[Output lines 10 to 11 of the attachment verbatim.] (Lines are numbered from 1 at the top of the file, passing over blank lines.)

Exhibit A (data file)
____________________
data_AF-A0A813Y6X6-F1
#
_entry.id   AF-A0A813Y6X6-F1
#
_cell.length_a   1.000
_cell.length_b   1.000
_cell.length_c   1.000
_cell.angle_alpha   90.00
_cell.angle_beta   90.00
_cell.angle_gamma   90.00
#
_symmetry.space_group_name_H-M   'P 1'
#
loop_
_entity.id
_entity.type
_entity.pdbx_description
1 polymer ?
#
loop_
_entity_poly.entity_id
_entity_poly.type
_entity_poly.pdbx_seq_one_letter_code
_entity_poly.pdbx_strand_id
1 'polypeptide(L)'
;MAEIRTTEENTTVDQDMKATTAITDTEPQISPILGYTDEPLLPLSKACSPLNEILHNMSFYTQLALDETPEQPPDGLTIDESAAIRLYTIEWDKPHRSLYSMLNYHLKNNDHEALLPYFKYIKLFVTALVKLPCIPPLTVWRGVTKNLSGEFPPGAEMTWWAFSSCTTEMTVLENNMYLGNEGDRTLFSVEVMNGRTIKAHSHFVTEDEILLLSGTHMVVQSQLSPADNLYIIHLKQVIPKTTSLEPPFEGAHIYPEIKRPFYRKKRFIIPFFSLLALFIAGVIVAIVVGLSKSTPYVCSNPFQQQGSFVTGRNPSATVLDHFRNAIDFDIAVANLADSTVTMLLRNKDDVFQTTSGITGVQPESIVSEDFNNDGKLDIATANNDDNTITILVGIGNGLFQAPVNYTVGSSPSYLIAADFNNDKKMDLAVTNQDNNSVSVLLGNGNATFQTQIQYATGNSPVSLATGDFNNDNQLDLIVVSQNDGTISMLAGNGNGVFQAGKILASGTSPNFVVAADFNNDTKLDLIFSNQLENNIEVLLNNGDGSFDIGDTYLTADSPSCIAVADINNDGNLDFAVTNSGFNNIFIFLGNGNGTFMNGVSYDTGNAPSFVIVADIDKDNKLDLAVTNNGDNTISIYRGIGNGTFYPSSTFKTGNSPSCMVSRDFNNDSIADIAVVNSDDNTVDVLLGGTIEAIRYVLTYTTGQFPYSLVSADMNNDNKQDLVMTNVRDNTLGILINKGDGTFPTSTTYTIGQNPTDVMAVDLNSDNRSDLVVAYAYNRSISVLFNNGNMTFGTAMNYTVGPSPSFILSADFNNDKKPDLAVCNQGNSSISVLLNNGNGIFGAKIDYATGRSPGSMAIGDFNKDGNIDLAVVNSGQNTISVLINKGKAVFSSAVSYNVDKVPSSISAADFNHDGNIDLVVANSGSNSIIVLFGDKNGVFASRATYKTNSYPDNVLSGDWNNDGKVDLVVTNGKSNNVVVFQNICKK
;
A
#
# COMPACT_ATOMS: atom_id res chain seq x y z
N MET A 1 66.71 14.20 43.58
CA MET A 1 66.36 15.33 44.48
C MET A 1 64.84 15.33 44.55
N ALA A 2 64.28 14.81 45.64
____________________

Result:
_cell.angle_gamma   90.00
#